Keeping Active at Home: Tricky but Not Impossible

Hi out there.

Chances are good that you are at home reading this blog - self-isolating due to the COVID virus.

For now, things are remarkably different from what they were even a few weeks ago. There is uncertainty in many aspects of our life. But what the science tells us, and what we all know in our heart, is that keeping active is really good for us – mentally, physically and spiritually. It’s a bit tricky in our home, but not impossible.

Together, we are going to be blogging about things people can do to stay active. You don’t have to sweat this one out alone. Let’s share our experiences.

Here’s what we are looking for if you think you might want to contribute ideas/activities to our (hopefully) weekly blog.

  • We want to provide a balance of online and offline activities. Chances are good that we are all getting lots of screen time already as we isolate at home.
  • We believe active living includes recreation, sport and play – so any activities you want to share that fall into these categories would be great!
  • The Active Living Alliance for Canadians with a Disability is all about inclusion – an interesting thought as we all isolate in our homes. Give us your best inclusive ideas and activities for these unique times.
  • Send your ideas/activities to: info@ala.ca

Here’s this week’s suggested ideas:

  • Every day at 7:30 p.m. across the world, people take to their balconies, door steps, windows, porches, and front doors to sing, bang pots, and generally whoop it up in recognition of the amazing contributions of our healthcare workers. This is an example of community coming together. Do your thing and wave to your neighbour from a distance. Stop and listen to hear others; feel the connection. Even if you are the only person banging away, you are part of something bigger.
  • This Friday night, March 27, join an 80s Dance Party via livestream on the Twitch App (free) at twitch.tv/djblushto. Your host is DJ Blush. Dance the night away 9 pm to 1 pm EDT. You really can dance like no one is watching.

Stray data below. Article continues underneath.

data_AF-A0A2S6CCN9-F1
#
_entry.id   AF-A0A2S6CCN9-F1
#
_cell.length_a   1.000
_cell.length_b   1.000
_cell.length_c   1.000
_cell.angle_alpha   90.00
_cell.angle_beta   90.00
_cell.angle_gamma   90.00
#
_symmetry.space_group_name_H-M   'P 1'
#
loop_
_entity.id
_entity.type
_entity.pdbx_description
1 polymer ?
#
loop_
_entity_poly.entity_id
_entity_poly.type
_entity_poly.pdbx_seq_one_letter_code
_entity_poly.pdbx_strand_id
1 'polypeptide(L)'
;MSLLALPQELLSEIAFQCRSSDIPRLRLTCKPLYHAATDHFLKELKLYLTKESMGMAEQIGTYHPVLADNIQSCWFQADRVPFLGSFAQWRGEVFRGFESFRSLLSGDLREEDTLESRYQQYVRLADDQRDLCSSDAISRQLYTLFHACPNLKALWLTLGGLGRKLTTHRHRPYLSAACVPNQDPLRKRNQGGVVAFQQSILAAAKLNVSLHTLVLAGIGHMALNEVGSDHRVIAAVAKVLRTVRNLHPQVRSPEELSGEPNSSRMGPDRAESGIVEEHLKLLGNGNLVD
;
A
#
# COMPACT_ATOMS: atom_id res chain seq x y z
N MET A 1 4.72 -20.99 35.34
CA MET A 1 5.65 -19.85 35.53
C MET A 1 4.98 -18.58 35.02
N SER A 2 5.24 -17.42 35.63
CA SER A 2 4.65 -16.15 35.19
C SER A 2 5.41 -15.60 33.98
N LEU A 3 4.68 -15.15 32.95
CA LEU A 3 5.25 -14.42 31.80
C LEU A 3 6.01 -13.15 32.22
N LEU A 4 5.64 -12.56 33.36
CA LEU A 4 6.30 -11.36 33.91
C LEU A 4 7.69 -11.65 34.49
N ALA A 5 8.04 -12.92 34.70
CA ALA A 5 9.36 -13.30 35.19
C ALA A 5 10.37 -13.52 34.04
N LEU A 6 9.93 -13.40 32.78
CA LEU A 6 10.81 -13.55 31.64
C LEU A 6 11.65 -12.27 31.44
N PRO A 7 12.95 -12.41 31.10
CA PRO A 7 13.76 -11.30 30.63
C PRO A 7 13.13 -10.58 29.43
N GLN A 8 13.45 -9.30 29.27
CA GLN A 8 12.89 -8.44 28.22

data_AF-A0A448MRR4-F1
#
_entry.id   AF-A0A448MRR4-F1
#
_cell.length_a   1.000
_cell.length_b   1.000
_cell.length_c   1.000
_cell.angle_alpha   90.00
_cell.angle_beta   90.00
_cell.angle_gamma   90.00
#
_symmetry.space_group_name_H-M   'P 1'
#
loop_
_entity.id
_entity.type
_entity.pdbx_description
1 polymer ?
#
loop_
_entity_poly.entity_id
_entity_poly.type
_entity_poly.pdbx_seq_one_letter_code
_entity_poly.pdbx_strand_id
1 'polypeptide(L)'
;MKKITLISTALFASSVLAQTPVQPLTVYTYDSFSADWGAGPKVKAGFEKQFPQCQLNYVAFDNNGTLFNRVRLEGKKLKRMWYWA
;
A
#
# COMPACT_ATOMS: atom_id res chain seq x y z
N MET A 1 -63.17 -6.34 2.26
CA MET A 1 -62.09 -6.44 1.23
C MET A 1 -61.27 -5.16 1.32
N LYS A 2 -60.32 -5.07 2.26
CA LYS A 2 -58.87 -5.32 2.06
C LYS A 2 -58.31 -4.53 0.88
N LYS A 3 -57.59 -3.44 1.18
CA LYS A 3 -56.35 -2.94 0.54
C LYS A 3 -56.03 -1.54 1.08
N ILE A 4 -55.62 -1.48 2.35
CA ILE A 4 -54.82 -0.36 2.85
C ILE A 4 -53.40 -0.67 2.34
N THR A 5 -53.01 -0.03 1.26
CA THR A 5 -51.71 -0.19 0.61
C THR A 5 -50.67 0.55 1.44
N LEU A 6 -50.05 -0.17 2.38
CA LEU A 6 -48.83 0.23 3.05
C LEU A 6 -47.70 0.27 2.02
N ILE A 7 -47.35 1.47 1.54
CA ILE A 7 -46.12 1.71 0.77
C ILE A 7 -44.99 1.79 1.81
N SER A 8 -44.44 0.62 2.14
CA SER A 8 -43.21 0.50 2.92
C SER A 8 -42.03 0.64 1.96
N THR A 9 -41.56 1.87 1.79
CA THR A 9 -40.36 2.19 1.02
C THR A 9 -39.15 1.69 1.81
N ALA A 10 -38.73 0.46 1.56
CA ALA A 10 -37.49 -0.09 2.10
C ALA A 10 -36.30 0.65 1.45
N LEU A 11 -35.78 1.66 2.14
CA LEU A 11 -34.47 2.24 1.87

• Check out https://www.quarantinebookclub.com/. Here’s your chance to chat with an author via Zoom. Upcoming events are listed on the website. Tickets are $5 but people won’t be turned away, so use the code ALLAREWELCOME if you need to do so. And speaking of authors... Audible has opened up a collection of stories free for kids at: https://stories.audible.com/start-listen
  • Need some motivation to face down the COVID threat? Read this: https://kevinrempel.com/blog/how-to-be-a-comeback-story-during-covid-19

Until next time, stay active!

New From The Blog

Bringing you the latest in in sport, recreation and physical activity for Canadians with disabilities

Hello All,

The following is information provided in our latest update. If you would like our updates to come straight to your email, please sign up today! Just a quick reminder for members to join us for the 32nd ALACD Annual General Meeting on Wednesday, October 27, 2021, at 12:00pm (Eastern time). This is an opportunity to get an update on our activities and chat with our leadership team. To register and to receive the Zoom link, contact jane@ala.ca.

Inclusive Playgrounds Resource

The Canadian Disability Participation Project is excited to announce and share with you the newly released Inclusive Playgrounds resource! An interdisciplinary team of researchers (with expertise in childhood disability, physical activity, children and youth geographics, and planning and design of built environments) conducted a scoping review that analyzed the existing literature on inclusive playground design.

Are the WHO Guidelines on Physical Activity and Sedentary Behaviour Inclusive or Appropriate for People Living with Disabilities?

We know physical activity is important for health and wellbeing, especially for persons with disabilities. Accordingly, it is important to have inclusive physical activity guidelines for people living with disabilities—but are the WHO's guidelines themselves inclusive? Drs. Martin Ginis, Latimer-Cheung, and West explored this question in their commentary on the WHO guidelines, discussing why the guidelines may not be inclusive or appropriate for persons with disabilities. Continue reading to better understand this perspective.